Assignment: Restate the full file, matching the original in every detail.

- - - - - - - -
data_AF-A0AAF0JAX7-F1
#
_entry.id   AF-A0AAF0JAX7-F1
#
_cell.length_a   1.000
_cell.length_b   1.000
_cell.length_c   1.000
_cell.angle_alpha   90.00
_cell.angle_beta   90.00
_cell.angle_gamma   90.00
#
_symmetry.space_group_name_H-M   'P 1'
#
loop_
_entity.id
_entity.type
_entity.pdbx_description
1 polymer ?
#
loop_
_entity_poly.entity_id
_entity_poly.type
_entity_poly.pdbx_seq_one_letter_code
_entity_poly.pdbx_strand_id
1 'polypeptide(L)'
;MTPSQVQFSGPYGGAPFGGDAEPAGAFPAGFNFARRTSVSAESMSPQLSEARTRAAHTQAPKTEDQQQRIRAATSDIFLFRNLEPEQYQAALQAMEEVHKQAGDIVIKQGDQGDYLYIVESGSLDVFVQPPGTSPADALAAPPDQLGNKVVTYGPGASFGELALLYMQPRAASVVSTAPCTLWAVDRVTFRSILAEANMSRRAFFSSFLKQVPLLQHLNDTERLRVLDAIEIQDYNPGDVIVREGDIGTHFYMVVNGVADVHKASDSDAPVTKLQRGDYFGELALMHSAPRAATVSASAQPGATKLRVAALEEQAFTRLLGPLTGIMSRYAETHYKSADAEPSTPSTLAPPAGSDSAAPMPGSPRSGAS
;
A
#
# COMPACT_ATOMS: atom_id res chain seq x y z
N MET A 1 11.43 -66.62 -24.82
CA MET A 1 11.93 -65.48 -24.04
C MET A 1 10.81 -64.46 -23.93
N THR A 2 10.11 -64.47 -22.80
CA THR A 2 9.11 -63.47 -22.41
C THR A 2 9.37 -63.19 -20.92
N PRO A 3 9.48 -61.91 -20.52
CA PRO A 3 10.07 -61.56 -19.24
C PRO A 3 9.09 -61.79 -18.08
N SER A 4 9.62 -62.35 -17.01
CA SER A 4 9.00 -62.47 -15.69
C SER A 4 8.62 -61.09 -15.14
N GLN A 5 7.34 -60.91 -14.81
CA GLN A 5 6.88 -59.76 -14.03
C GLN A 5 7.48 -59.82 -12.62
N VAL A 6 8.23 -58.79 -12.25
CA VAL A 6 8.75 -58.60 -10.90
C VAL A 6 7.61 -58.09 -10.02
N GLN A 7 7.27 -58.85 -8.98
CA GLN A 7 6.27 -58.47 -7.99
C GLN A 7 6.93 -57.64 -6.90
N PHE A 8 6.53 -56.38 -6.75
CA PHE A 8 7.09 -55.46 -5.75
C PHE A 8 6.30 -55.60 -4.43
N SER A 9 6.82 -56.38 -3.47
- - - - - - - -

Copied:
data_AF-A0AAF0JAX7-F1
#
_entry.id   AF-A0AAF0JAX7-F1
#
_cell.length_a   1.000
_cell.length_b   1.000
_cell.length_c   1.000
_cell.angle_alpha   90.00
_cell.angle_beta   90.00
_cell.angle_gamma   90.00
#
_symmetry.space_group_name_H-M   'P 1'
#
loop_
_entity.id
_entity.type
_entity.pdbx_description
1 polymer ?
#
loop_
_entity_poly.entity_id
_entity_poly.type
_entity_poly.pdbx_seq_one_letter_code
_entity_poly.pdbx_strand_id
1 'polypeptide(L)'
;MTPSQVQFSGPYGGAPFGGDAEPAGAFPAGFNFARRTSVSAESMSPQLSEARTRAAHTQAPKTEDQQQRIRAATSDIFLFRNLEPEQYQAALQAMEEVHKQAGDIVIKQGDQGDYLYIVESGSLDVFVQPPGTSPADALAAPPDQLGNKVVTYGPGASFGELALLYMQPRAASVVSTAPCTLWAVDRVTFRSILAEANMSRRAFFSSFLKQVPLLQHLNDTERLRVLDAIEIQDYNPGDVIVREGDIGTHFYMVVNGVADVHKASDSDAPVTKLQRGDYFGELALMHSAPRAATVSASAQPGATKLRVAALEEQAFTRLLGPLTGIMSRYAETHYKSADAEPSTPSTLAPPAGSDSAAPMPGSPRSGAS
;
A
#
# COMPACT_ATOMS: atom_id res chain seq x y z
N MET A 1 11.43 -66.62 -24.82
CA MET A 1 11.93 -65.48 -24.04
C MET A 1 10.81 -64.46 -23.93
N THR A 2 10.11 -64.47 -22.80
CA THR A 2 9.11 -63.47 -22.41
C THR A 2 9.37 -63.19 -20.92
N PRO A 3 9.48 -61.91 -20.52
CA PRO A 3 10.07 -61.56 -19.24
C PRO A 3 9.09 -61.79 -18.08
N SER A 4 9.62 -62.35 -17.01
CA SER A 4 9.00 -62.47 -15.69
C SER A 4 8.62 -61.09 -15.14
N GLN A 5 7.34 -60.91 -14.81
CA GLN A 5 6.88 -59.76 -14.03
C GLN A 5 7.48 -59.82 -12.62
N VAL A 6 8.23 -58.79 -12.25
CA VAL A 6 8.75 -58.60 -10.90
C VAL A 6 7.61 -58.09 -10.02
N GLN A 7 7.27 -58.85 -8.98
CA GLN A 7 6.27 -58.47 -7.99
C GLN A 7 6.93 -57.64 -6.90
N PHE A 8 6.53 -56.38 -6.75
CA PHE A 8 7.09 -55.46 -5.75
C PHE A 8 6.30 -55.60 -4.43
N SER A 9 6.82 -56.38 -3.47